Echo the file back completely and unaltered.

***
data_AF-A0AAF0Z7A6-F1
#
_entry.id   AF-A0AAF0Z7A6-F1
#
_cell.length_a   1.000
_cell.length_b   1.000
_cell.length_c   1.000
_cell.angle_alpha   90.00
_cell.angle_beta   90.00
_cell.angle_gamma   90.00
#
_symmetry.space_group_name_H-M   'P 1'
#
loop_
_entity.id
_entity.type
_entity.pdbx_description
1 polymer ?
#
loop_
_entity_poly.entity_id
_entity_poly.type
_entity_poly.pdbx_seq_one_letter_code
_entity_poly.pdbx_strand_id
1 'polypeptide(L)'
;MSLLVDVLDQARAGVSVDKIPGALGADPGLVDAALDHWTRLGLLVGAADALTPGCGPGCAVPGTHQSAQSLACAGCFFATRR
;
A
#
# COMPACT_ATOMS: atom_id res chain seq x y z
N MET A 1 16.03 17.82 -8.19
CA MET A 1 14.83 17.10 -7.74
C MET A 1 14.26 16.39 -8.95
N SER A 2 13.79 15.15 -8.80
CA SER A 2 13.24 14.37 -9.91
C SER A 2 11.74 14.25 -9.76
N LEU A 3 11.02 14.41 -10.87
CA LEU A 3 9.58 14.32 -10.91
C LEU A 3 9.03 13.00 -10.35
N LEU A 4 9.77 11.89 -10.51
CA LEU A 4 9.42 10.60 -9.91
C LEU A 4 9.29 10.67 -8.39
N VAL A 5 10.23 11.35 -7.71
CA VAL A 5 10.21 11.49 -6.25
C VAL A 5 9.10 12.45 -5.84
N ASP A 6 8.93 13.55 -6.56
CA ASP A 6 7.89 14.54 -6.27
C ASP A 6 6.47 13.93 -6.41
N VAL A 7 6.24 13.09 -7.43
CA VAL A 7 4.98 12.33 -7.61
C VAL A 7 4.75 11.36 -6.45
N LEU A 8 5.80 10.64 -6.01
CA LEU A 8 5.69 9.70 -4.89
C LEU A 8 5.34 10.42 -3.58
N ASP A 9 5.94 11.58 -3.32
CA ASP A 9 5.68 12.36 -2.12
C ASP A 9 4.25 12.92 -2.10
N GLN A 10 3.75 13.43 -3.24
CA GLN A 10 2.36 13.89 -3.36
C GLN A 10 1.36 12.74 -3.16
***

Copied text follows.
data_AF-A0AAF0Z7A6-F1
#
_entry.id   AF-A0AAF0Z7A6-F1
#
_cell.length_a   1.000
_cell.length_b   1.000
_cell.length_c   1.000
_cell.angle_alpha   90.00
_cell.angle_beta   90.00
_cell.angle_gamma   90.00
#
_symmetry.space_group_name_H-M   'P 1'
#
loop_
_entity.id
_entity.type
_entity.pdbx_description
1 polymer ?
#
loop_
_entity_poly.entity_id
_entity_poly.type
_entity_poly.pdbx_seq_one_letter_code
_entity_poly.pdbx_strand_id
1 'polypeptide(L)'
;MSLLVDVLDQARAGVSVDKIPGALGADPGLVDAALDHWTRLGLLVGAADALTPGCGPGCAVPGTHQSAQSLACAGCFFATRR
;
A
#
# COMPACT_ATOMS: atom_id res chain seq x y z
N MET A 1 16.03 17.82 -8.19
CA MET A 1 14.83 17.10 -7.74
C MET A 1 14.26 16.39 -8.95
N SER A 2 13.79 15.15 -8.80
CA SER A 2 13.24 14.37 -9.91
C SER A 2 11.74 14.25 -9.76
N LEU A 3 11.02 14.41 -10.87
CA LEU A 3 9.58 14.32 -10.91
C LEU A 3 9.03 13.00 -10.35
N LEU A 4 9.77 11.89 -10.51
CA LEU A 4 9.42 10.60 -9.91
C LEU A 4 9.29 10.67 -8.39
N VAL A 5 10.23 11.35 -7.71
CA VAL A 5 10.21 11.49 -6.25
C VAL A 5 9.10 12.45 -5.84
N ASP A 6 8.93 13.55 -6.56
CA ASP A 6 7.89 14.54 -6.27
C ASP A 6 6.47 13.93 -6.41
N VAL A 7 6.24 13.09 -7.43
CA VAL A 7 4.98 12.33 -7.61
C VAL A 7 4.75 11.36 -6.45
N LEU A 8 5.80 10.64 -6.01
CA LEU A 8 5.69 9.70 -4.89
C LEU A 8 5.34 10.42 -3.58
N ASP A 9 5.94 11.58 -3.32
CA ASP A 9 5.68 12.36 -2.12
C ASP A 9 4.25 12.92 -2.10
N GLN A 10 3.75 13.43 -3.24
CA GLN A 10 2.36 13.89 -3.36
C GLN A 10 1.36 12.74 -3.16